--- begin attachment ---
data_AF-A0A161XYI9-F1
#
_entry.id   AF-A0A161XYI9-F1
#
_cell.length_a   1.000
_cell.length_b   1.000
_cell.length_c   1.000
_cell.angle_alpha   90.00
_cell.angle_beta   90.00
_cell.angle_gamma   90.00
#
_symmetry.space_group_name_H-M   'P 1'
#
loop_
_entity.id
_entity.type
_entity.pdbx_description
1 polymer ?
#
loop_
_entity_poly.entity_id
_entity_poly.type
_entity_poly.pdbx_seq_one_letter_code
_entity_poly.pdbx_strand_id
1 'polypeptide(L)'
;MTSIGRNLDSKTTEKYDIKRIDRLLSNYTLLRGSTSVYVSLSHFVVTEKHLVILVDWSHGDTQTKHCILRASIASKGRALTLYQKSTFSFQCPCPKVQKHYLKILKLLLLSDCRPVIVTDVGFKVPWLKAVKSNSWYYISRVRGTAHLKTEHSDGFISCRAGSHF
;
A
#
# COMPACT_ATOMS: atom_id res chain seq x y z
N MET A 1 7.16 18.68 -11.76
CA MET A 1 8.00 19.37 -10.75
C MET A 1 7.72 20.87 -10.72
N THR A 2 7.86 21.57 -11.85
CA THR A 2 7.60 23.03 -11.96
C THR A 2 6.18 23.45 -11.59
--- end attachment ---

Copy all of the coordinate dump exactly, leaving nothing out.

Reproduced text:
data_AF-A0A161XYI9-F1
#
_entry.id   AF-A0A161XYI9-F1
#
_cell.length_a   1.000
_cell.length_b   1.000
_cell.length_c   1.000
_cell.angle_alpha   90.00
_cell.angle_beta   90.00
_cell.angle_gamma   90.00
#
_symmetry.space_group_name_H-M   'P 1'
#
loop_
_entity.id
_entity.type
_entity.pdbx_description
1 polymer ?
#
loop_
_entity_poly.entity_id
_entity_poly.type
_entity_poly.pdbx_seq_one_letter_code
_entity_poly.pdbx_strand_id
1 'polypeptide(L)'
;MTSIGRNLDSKTTEKYDIKRIDRLLSNYTLLRGSTSVYVSLSHFVVTEKHLVILVDWSHGDTQTKHCILRASIASKGRALTLYQKSTFSFQCPCPKVQKHYLKILKLLLLSDCRPVIVTDVGFKVPWLKAVKSNSWYYISRVRGTAHLKTEHSDGFISCRAGSHF
;
A
#
# COMPACT_ATOMS: atom_id res chain seq x y z
N MET A 1 7.16 18.68 -11.76
CA MET A 1 8.00 19.37 -10.75
C MET A 1 7.72 20.87 -10.72
N THR A 2 7.86 21.57 -11.85
CA THR A 2 7.60 23.03 -11.96
C THR A 2 6.18 23.45 -11.59